Over the past couple weeks, I’ve now booked my last two excursions of the year. In only three weeks, I’ll be arriving in Montreal for my first time visiting French Canada. Then in late October, I’ll be attending my first true music festival in Live Oaks, Florida.
I had forgotten. Among many other things, I had forgotten how exciting it can be to plan a journey for no reason other than personal exploration. I have actually been able to maintain a respectable frequency of getting out of town, leaving Charleston three times in the first six months of 2017. But all of those occasions were already fully planned out by either friends of colleagues, and all I had to do was buy the plane ticket to the right place at the right time. It is a wholly different experience to make the conscious decision to go somewhere you’ve never been before entirely on your own, only having vague ideas of what to expect. For some, that may seem quite stressful, reckless, or even irresponsible. But this is not my first, nor second or third time making such a decision. It has simply been a while.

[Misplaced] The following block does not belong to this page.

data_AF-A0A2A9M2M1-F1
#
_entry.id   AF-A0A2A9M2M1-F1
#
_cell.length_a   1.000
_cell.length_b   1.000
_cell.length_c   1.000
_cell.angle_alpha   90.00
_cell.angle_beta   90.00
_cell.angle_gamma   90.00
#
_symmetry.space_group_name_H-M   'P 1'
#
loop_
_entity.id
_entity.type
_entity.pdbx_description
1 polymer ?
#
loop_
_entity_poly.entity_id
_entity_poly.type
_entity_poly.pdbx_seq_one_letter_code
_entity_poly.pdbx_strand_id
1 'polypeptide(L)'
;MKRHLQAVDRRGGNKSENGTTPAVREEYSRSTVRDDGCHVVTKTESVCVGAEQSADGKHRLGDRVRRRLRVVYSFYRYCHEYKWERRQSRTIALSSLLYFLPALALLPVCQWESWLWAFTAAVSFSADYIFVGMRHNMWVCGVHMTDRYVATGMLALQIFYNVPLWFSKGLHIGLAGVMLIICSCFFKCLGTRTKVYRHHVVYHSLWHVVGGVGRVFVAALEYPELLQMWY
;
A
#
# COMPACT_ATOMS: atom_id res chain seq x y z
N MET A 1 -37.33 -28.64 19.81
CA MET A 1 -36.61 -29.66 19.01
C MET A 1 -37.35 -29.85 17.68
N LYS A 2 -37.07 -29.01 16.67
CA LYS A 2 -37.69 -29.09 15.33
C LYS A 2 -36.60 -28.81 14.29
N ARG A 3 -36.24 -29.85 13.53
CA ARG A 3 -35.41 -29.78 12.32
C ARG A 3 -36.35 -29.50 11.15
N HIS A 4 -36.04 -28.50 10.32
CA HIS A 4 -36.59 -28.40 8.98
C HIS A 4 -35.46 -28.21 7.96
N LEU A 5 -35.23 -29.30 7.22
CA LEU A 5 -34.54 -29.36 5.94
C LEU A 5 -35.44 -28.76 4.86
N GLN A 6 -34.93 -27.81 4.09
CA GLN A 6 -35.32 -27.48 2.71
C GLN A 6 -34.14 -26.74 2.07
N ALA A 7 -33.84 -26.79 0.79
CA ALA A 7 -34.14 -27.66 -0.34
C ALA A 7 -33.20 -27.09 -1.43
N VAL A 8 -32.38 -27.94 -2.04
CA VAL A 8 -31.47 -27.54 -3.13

I’ve learned, several times over, that travel is the cure for the humdrum, routine, and the norm. Travel is invigorating; it is revitalizing. Rather than the standard, everyday established cadence, its so very rejuvenating to not know what those days will bring. Of course I will plan the basics. I’ve already booked a hostel for my entire trip to Montreal, for example. I’ve already bought one camping pass for Hulaween. I’ll research when and where the bands I’d like to see most are playing and where the best food and photo-ops are in the city, but part of the thrill is remembering how to simply wander and take it all in. With no destination in mind, no itinerary. With the only intention being to understand what a place and a thing looks, smells, sounds, and feels like. That wont be easy for me now that I’ve become so accustomed to having calendars dictate by weekly routine and daily agenda. But I look forward to detaching, to unplugging for just a few days and not thinking about emails that need to be sent, projects that need to be completed, or errands that I need to run. I had forgotten how intoxicating that feeling can be.
It is a constant battle to not allow all the traditional needs of a stable, productive life to dig us into a rut of comfortable repetition. While all the planning and then all the waiting can seem stressful and tedious, I’ve rarely taken a trip that I didn’t think was worth ever bit of trouble and more, in retrospect. I look forward to being reminded of this later this year.